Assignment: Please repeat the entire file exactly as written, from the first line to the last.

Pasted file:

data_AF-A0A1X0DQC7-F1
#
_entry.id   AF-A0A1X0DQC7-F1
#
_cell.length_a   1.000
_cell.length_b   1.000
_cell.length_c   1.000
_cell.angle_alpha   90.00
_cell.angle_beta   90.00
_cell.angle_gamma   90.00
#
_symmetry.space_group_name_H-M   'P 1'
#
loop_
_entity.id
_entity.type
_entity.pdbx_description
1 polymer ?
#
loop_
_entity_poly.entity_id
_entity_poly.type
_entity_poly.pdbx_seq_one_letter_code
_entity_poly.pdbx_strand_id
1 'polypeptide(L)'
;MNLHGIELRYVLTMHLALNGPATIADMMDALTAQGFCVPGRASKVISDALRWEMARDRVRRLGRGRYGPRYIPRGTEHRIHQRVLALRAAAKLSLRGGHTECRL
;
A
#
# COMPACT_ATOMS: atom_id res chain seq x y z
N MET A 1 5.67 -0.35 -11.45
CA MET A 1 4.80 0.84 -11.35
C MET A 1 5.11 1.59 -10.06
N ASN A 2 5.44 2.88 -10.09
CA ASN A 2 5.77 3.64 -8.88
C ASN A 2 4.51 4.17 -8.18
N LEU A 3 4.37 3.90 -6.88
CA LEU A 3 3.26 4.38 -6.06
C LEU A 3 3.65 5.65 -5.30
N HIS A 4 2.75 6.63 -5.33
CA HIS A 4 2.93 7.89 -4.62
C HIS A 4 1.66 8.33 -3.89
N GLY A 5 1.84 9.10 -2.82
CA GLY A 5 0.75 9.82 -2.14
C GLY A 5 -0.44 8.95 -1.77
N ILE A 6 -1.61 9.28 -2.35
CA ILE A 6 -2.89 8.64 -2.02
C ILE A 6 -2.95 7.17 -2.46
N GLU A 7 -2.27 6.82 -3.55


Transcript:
data_AF-A0A1X0DQC7-F1
#
_entry.id   AF-A0A1X0DQC7-F1
#
_cell.length_a   1.000
_cell.length_b   1.000
_cell.length_c   1.000
_cell.angle_alpha   90.00
_cell.angle_beta   90.00
_cell.angle_gamma   90.00
#
_symmetry.space_group_name_H-M   'P 1'
#
loop_
_entity.id
_entity.type
_entity.pdbx_description
1 polymer ?
#
loop_
_entity_poly.entity_id
_entity_poly.type
_entity_poly.pdbx_seq_one_letter_code
_entity_poly.pdbx_strand_id
1 'polypeptide(L)'
;MNLHGIELRYVLTMHLALNGPATIADMMDALTAQGFCVPGRASKVISDALRWEMARDRVRRLGRGRYGPRYIPRGTEHRIHQRVLALRAAAKLSLRGGHTECRL
;
A
#
# COMPACT_ATOMS: atom_id res chain seq x y z
N MET A 1 5.67 -0.35 -11.45
CA MET A 1 4.80 0.84 -11.35
C MET A 1 5.11 1.59 -10.06
N ASN A 2 5.44 2.88 -10.09
CA ASN A 2 5.77 3.64 -8.88
C ASN A 2 4.51 4.17 -8.18
N LEU A 3 4.37 3.90 -6.88
CA LEU A 3 3.26 4.38 -6.06
C LEU A 3 3.65 5.65 -5.30
N HIS A 4 2.75 6.63 -5.33
CA HIS A 4 2.93 7.89 -4.62
C HIS A 4 1.66 8.33 -3.89
N GLY A 5 1.84 9.10 -2.82
CA GLY A 5 0.75 9.82 -2.14
C GLY A 5 -0.44 8.95 -1.77
N ILE A 6 -1.61 9.28 -2.35
CA ILE A 6 -2.89 8.64 -2.02
C ILE A 6 -2.95 7.17 -2.46
N GLU A 7 -2.27 6.82 -3.55